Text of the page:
Legal Implications of Drone Use
Many children (and children at heart) woke up on Christmas morning to find a drone under the tree. But did you know that you may have to register your drone with the federal government?
Effective December 21, 2015, any drone weighing 0.55 pounds or more must be registered with the Federal Aviation Administration (FAA). There is a $5 fee but that fee will be refunded if you register before January 20, 2016.
Federal and State Regulations on Drones
There are additional federal requirements if your aircraft is used for commercial purposes, is greater than 55 pounds or is intended for use outside of the United States.
Your state may have additional drone regulations. For example, Louisiana has passed a criminal statute relating to the use of drones to conduct surveillance of 1) petroleum and alumina refineries, 2) chemical and rubber manufacturing facilities, 3) nuclear power electric generation facilities. Louisiana also has civil statues relating to use of drones in agricultural commercial operations.
In addition to the FAA registration, you may want to confirm insurance coverage and/or consider purchasing additional coverage. As demonstrated by the Enrique Iglesias drone accident and subsequent surgery, drones can cause injuries and property damage. Although a typical homeowner policy may cover damage to another’s property by your drone, any damage to your own property is unlikely to be covered. For example, your policy may cover damage done to your neighbor’s car by a drone, but not your own. As each policy is different, be sure to carefully review your policy and, if possible, confirm in writing with your homeowner’s carrier that your drone is covered and to what extent.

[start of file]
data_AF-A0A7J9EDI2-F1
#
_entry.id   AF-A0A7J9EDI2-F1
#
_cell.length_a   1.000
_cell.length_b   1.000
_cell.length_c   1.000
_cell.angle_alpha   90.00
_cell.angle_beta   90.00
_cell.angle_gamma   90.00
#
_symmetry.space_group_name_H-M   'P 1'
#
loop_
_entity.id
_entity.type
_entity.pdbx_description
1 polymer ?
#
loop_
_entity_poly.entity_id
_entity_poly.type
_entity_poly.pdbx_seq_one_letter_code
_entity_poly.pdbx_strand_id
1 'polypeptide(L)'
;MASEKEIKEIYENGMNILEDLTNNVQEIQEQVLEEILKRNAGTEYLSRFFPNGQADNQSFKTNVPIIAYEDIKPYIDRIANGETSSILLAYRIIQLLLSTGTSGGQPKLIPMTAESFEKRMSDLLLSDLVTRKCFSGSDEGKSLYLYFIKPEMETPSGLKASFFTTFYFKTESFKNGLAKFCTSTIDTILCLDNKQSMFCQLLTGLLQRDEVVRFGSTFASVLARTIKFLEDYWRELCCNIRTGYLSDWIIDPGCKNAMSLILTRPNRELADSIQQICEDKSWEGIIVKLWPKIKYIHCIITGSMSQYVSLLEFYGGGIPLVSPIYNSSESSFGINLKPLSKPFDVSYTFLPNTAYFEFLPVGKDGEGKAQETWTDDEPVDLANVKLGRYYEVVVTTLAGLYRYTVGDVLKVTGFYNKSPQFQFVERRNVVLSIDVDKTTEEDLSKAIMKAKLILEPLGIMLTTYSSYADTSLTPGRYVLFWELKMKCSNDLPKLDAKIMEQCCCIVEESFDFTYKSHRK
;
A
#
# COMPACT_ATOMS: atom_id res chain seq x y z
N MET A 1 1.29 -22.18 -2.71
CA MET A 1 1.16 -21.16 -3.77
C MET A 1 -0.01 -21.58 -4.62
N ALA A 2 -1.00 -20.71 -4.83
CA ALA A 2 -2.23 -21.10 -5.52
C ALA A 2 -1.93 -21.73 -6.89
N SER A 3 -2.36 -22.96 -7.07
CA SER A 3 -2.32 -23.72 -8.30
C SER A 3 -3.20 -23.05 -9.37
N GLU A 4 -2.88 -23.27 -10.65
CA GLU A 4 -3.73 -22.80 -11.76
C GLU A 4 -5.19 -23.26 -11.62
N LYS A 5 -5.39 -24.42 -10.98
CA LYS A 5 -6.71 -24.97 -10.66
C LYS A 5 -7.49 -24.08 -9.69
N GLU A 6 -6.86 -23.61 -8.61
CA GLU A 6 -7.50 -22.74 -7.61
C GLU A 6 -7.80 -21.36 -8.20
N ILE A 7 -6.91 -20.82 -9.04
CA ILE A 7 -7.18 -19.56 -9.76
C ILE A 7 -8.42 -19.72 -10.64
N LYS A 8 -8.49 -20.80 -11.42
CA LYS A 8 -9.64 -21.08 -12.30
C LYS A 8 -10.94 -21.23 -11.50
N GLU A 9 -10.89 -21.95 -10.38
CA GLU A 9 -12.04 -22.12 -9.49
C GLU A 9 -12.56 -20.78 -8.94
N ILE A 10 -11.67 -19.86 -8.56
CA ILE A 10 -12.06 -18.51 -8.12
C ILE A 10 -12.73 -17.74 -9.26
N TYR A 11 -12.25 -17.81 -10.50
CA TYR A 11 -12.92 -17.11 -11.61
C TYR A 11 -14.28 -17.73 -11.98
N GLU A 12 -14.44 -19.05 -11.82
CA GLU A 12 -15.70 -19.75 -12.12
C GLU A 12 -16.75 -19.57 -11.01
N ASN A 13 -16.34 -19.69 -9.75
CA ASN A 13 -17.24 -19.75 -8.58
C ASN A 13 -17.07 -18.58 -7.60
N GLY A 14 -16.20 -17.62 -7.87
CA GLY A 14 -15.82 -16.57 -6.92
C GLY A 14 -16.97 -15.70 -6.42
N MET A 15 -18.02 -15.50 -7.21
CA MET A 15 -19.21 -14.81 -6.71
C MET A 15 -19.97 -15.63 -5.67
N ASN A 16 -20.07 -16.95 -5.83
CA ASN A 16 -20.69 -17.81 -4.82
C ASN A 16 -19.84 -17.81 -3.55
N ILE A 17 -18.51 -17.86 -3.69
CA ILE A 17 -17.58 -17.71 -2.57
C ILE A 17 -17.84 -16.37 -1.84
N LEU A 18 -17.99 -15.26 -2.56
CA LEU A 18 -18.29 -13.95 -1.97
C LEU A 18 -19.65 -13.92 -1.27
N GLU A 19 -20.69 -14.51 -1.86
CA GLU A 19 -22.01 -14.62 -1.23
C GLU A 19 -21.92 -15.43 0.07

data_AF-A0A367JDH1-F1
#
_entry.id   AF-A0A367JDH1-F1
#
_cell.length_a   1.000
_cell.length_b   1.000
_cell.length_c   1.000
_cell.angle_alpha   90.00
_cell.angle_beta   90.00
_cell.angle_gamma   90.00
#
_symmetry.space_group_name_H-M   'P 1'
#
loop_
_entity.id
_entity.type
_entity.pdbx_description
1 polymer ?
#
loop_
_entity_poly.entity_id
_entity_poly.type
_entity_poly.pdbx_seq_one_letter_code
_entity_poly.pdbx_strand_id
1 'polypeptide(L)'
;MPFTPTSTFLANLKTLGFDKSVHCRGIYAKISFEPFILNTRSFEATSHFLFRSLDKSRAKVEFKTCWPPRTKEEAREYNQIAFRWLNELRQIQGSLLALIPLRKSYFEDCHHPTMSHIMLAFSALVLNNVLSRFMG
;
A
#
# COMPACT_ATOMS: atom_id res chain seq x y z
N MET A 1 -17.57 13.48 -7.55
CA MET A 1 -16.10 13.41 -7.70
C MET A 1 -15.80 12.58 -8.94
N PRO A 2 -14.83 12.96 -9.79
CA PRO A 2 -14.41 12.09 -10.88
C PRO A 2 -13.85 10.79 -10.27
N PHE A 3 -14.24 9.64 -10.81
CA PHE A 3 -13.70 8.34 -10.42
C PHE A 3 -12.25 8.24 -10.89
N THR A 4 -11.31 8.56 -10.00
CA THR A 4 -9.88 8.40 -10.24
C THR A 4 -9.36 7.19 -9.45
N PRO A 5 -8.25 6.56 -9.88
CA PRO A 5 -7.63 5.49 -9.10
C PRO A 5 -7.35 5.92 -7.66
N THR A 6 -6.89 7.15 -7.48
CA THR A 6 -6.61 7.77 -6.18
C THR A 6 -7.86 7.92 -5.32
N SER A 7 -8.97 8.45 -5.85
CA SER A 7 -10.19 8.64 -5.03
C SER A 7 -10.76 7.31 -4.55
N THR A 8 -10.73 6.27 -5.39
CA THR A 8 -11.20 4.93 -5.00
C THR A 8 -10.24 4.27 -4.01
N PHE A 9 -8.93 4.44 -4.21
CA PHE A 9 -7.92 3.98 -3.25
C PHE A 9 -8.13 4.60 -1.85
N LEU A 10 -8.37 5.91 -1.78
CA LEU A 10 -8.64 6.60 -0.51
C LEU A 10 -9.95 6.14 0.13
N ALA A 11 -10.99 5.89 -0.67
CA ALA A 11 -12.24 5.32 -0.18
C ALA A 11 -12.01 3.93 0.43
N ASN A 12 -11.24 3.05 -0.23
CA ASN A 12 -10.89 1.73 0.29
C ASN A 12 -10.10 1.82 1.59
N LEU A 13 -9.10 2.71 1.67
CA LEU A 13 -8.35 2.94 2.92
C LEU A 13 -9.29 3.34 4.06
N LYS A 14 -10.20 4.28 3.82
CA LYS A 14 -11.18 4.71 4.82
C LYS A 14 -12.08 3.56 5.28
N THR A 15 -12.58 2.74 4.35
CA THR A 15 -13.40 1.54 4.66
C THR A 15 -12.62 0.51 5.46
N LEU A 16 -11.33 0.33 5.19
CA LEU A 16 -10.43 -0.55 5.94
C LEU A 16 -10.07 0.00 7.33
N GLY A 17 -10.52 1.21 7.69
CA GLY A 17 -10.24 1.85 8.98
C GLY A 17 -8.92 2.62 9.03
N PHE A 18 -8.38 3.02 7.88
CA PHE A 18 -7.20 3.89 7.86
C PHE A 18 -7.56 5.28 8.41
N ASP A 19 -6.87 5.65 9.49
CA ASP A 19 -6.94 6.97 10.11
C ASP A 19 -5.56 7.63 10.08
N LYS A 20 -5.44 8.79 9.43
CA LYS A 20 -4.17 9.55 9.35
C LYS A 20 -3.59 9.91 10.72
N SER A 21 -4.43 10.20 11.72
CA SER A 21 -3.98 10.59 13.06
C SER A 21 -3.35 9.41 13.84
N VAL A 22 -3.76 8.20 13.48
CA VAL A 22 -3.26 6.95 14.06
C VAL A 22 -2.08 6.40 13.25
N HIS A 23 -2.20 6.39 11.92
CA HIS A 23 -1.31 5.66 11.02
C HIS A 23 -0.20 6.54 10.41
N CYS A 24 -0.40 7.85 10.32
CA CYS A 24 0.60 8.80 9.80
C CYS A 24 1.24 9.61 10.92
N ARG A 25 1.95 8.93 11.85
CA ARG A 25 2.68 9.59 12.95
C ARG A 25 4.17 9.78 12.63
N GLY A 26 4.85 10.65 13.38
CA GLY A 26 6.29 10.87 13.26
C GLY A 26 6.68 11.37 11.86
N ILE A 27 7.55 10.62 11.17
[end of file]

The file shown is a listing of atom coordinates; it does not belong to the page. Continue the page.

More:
While drones may be an exciting new technology available to the general public, drone users must be conscious and cautious of the legal implications that using them may produce.
Allen & Gooch is providing this legal update for informational purposes only. This article should not be construed as legal advice or a legal opinion as to any specific facts or circumstances. You should consult your own attorney concerning your particular situation and any specific legal questions you may have.